Arteries carry blood away from the heart (to either the body or the lungs), while veins carry blood to the heart. The largest artery is the aorta, which connects to the heart and picks up oxygenated blood from the left ventricle. The only artery that picks up deoxygenated blood is the pulmonary artery, which runs between the heart and lungs. 

  • Capillaries 

The arteries eventually divide down into the smallest blood vessel, the capillary. 

  • Veins 

Veins have one-way valves instead of muscles, to stop blood from running back the wrong way. 

Blood 

It is composed of plasma, red blood cells, white blood cells, and platelets. Blood is responsible for the transportation of oxygen, hormones, and nutrients. Blood also functions as a component of the immune system to protect against infection and repair body tissue as well as maintaining pH. 

Component of Blood Description of Component Function of Component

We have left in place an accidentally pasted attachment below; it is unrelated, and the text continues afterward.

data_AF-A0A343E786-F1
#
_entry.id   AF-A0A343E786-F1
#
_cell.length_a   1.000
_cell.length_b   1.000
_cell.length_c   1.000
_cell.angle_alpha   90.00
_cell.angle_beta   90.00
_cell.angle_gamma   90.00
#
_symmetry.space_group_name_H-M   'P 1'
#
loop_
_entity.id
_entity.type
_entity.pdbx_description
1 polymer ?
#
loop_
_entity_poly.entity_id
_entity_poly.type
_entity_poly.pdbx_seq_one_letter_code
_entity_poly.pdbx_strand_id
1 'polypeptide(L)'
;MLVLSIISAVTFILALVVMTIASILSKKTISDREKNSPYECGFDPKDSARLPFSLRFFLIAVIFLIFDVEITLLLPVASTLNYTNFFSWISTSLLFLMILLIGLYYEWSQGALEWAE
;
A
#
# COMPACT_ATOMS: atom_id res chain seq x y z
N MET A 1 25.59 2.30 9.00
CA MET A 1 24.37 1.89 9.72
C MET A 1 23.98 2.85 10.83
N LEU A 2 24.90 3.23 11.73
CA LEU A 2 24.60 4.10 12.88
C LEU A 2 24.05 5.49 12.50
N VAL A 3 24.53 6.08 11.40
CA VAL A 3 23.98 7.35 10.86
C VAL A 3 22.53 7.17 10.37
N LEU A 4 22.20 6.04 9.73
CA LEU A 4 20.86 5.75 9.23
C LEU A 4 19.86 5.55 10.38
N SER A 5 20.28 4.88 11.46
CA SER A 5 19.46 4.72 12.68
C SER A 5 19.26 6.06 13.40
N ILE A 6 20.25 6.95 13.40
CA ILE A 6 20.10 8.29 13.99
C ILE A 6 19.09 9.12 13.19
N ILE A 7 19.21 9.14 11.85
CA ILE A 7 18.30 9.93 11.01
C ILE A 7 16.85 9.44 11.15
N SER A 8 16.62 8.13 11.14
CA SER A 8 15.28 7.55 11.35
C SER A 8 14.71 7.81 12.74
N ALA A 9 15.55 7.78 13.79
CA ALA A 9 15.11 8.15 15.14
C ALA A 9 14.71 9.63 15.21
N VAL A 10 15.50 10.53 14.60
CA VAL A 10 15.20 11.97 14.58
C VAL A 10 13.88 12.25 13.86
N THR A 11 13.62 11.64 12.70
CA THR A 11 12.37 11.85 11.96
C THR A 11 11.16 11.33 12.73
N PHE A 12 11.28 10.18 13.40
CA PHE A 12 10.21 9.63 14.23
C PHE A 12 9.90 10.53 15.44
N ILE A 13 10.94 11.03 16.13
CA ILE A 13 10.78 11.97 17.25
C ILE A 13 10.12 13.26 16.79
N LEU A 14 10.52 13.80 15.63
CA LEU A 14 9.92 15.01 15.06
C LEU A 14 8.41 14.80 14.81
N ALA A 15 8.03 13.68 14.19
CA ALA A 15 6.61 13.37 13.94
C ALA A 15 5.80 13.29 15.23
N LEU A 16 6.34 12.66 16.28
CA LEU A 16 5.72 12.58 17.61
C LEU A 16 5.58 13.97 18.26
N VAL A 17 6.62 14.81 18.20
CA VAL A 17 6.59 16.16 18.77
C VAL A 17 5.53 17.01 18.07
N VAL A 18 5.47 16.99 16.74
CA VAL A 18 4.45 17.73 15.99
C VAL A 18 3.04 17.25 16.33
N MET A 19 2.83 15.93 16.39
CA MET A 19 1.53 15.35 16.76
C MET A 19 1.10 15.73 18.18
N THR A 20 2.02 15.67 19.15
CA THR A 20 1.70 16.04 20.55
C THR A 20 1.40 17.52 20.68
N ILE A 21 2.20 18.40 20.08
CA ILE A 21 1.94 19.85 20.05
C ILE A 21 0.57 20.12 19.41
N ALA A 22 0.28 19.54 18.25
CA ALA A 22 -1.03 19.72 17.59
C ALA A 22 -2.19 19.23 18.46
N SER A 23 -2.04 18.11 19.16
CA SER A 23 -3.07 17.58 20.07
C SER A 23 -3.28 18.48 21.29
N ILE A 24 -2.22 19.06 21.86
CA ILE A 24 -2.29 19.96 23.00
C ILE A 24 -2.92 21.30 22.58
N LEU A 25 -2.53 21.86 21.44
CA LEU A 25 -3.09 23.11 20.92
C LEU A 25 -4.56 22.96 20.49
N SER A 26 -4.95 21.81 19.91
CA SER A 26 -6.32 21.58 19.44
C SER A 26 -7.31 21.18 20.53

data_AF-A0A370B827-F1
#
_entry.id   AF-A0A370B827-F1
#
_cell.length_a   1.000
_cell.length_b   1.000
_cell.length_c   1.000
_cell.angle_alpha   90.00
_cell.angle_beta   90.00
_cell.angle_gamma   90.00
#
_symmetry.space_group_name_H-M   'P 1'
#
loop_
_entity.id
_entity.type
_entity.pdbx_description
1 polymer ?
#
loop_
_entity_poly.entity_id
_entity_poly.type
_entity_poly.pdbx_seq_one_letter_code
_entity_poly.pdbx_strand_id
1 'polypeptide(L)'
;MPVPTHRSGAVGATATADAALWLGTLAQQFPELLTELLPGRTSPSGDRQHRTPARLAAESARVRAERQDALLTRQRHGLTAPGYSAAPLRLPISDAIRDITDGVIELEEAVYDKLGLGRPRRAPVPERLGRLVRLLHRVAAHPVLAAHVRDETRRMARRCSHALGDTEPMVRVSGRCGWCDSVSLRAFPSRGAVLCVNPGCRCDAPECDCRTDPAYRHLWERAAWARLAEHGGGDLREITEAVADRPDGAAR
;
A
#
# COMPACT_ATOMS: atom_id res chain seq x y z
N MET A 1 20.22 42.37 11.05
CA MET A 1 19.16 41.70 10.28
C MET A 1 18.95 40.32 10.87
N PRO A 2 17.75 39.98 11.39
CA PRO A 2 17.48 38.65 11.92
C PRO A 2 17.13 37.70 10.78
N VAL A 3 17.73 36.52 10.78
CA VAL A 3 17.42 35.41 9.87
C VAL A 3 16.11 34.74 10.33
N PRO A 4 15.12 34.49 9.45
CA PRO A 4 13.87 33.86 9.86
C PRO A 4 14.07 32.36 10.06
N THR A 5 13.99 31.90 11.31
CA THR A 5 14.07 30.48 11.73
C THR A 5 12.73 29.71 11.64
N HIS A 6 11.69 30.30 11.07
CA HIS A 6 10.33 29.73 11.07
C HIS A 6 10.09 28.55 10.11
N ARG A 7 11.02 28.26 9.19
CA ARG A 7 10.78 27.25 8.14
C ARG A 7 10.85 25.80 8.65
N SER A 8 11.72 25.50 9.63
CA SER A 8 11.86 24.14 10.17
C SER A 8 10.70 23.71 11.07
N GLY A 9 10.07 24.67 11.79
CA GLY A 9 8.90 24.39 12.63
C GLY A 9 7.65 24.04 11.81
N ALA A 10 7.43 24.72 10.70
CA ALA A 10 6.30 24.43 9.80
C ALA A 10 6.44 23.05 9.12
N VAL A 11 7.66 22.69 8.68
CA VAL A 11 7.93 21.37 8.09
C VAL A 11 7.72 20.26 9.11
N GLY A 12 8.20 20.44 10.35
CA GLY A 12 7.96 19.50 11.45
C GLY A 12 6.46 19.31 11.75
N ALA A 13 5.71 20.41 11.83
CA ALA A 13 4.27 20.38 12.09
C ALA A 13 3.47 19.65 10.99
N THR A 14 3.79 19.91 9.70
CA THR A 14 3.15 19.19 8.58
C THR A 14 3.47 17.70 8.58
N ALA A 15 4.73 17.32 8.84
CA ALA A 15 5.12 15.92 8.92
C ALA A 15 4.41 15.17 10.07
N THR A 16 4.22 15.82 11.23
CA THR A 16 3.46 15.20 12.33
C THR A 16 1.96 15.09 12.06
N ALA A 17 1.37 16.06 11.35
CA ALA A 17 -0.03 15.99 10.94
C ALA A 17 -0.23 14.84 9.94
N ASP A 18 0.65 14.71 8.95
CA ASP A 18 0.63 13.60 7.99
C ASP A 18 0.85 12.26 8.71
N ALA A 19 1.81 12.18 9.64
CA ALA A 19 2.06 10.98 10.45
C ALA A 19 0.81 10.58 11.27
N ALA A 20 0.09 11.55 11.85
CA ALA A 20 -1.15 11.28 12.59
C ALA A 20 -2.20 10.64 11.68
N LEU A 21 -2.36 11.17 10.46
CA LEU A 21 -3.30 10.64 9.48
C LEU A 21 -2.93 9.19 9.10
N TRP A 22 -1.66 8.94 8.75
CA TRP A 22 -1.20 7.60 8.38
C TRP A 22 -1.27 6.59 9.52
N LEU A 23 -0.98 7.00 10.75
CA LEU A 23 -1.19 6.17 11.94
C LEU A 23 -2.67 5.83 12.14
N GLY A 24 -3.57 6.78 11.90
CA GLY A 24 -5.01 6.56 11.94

Plasma Liquid part of blood: mainly water Carries the blood cells around the body; carries dissolved nutrients, hormones, carbon dioxide and urea; also distributes heat around the body. 
Red Blood Cells (erythrocytes) Biconcave, disc-like cells with no nucleus; millions in each mm3 of blood. Transport of oxygen −− contain mainly haemogoblin, which loads oxygen in the lungs and unloads it in other regions of the body. 
White Blood Cells: 
Lymphocytes  About the same size as red cells with a large spherical nucleus. Produce antibodies to destroy microorganisms −− some lymphocytes persist in our blood after infection and give us immunity to specific diseases. 
Phagocytes Much larger cells with a large spherical or lobed nucleus.  Engulf bacteria and other microorganisms that have infected our bodies. 
Plateles The smallest cells −− are really fragments of other cells. Release chemicals to make blood clot when we cut ourselves. 

Circulation of Blood 

Blood flows through the vessels and heart in the following pattern: 

All veins of the body → vena cava → right auricle → right ventricle → pulmonary artery → lungs → pulmonary vein → left auricle → left ventricle → aorta → arteries → capillaries in all organs → veins (the cycle is repeated). 

Blood is pumped once through the left auricle, left ventricle, and the lungs (pulmonary circulation) and once through the right auricle, right ventricle, and aorta (systemic circulation). Thus, blood enters the heart twice during each cycle. This is called double circulation.